Moving an index on a UNIX based NetWorker server
Warning: Legato issued a white paper stating that client index files on NetWorker version 6.x servers could be moved using standard "move" commands rather than using uasm. However, I find that each attempted corrupted our NetWorker 6.01 indexes. The uasm technique described below works for NetWorker version 5.x and 6.x
The best way to show you how to move an index is with an example. In this example, we will move the following index:
Step 1: Run an "nsrck -F client_name" command on the client index you are preparing to move. This will ensure that the client index is "clean".
Step 2: Create a new "top level" directory to hold the indexes. This is the location where you wih you move the index to. In this example, we entered the following commands on the NetWorker server:
Step 3: Make sure thet NetWorker server is idle, then shutdown the NetWorker daemons. To stop NetWorker, enter the following:
Step 4: Enter the following command very carefully:
/usr/lib/nsr/uasm -si /nsr/index/charlie01 | /usr/lib/nsr/uasm -rm /nsr/index/charlie01=/index/charlie01
You may need to replace the path pointing to "uasm" with the appropiate path in your environment.
Note: If he above command works properly, you will see absooltely no output from the command. If you receive any type of error, or prompts to overwrite files, hit CTRL+C to kill the command, then recheck you command syntax.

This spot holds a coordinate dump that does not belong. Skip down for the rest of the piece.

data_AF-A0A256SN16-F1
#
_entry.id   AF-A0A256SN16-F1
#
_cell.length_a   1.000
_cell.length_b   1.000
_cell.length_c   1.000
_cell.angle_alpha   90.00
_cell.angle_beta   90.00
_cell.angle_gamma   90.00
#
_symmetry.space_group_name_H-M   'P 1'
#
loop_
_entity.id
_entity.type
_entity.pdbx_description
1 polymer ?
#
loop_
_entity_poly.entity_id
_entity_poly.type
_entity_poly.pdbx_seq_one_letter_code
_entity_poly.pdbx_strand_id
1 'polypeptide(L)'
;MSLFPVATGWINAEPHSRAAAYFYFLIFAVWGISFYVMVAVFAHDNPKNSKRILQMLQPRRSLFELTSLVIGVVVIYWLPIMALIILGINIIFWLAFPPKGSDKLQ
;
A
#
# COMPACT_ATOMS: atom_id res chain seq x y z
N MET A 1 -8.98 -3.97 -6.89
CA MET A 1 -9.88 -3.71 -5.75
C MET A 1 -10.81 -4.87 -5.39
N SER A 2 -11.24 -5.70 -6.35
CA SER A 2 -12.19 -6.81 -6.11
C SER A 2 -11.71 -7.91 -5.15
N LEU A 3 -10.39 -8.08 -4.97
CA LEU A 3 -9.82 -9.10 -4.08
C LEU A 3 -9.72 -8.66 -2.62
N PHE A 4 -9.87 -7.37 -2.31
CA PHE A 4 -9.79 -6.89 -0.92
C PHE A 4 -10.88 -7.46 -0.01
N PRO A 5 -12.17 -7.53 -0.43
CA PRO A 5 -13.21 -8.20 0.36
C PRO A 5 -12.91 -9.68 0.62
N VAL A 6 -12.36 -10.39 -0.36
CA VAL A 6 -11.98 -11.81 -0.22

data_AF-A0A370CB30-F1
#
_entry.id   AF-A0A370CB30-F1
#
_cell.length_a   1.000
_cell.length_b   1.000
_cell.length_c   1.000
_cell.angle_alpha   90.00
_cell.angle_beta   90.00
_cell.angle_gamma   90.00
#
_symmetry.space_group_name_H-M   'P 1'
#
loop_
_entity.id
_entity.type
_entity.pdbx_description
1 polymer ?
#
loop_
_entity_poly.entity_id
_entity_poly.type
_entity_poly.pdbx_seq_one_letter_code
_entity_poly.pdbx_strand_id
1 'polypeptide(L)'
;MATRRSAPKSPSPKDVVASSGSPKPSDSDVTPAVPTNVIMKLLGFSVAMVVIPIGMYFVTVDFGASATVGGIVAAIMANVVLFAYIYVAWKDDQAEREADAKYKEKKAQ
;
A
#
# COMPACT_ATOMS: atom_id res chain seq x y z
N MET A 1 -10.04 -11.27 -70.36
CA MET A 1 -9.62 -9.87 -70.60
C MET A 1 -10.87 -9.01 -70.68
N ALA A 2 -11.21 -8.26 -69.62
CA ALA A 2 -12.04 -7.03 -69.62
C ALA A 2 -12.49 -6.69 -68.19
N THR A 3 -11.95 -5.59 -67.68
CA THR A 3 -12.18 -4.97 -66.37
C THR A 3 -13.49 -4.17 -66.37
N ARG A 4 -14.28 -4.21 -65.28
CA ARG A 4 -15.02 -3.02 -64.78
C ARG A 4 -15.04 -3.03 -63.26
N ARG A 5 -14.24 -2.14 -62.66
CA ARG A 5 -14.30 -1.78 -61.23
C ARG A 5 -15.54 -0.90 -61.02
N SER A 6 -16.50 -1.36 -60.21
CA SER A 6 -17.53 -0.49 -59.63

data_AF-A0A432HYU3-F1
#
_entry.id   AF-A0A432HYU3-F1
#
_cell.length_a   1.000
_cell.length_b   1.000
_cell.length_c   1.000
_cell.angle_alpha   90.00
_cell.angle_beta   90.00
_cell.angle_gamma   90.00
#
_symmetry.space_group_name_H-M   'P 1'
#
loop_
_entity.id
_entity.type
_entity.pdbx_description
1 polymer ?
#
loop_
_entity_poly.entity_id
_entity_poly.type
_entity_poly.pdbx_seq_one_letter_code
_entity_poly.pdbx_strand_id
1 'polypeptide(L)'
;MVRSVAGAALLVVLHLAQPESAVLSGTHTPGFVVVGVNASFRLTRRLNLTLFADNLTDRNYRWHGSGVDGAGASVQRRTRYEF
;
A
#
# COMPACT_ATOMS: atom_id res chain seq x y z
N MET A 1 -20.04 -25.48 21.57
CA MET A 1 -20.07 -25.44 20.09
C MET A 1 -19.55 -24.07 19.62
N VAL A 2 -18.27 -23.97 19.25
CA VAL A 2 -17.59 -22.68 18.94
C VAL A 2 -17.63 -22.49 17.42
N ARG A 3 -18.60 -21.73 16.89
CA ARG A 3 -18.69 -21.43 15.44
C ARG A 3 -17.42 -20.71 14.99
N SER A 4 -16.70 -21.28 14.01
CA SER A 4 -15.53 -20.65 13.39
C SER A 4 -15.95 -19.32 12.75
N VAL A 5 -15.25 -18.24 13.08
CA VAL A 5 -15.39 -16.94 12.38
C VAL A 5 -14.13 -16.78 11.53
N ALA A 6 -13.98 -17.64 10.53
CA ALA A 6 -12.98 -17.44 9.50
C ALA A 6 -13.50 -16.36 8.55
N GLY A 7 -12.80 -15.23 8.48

Step 5: Look in the new directory to make sure the files were actually copied.
Step 6: Rename the "old" directory. In this example, we entered the following commands to rename the old index directory:
mv charlie01 clarie01.old
Step 7: Restart the NetWorker server by entering:
Step 8: From the nwadmin utility, edit the client configuration for the client whose index was moved. Click on View > Details. Change the "Index path" entry point to match the new index location as follows:
Step 9: Run an "nsrck -F client_name" command on the client index you just moved to make sure all is well. The nsrck command should reflect the new location as shown as follows:
nsrck -F charlie01
nsrck: checking index for 'charlie01'
nsrck: /index/charlie01 contains 16483 records occupying 2750 KB
nsrck: Completed checking 1 client(s)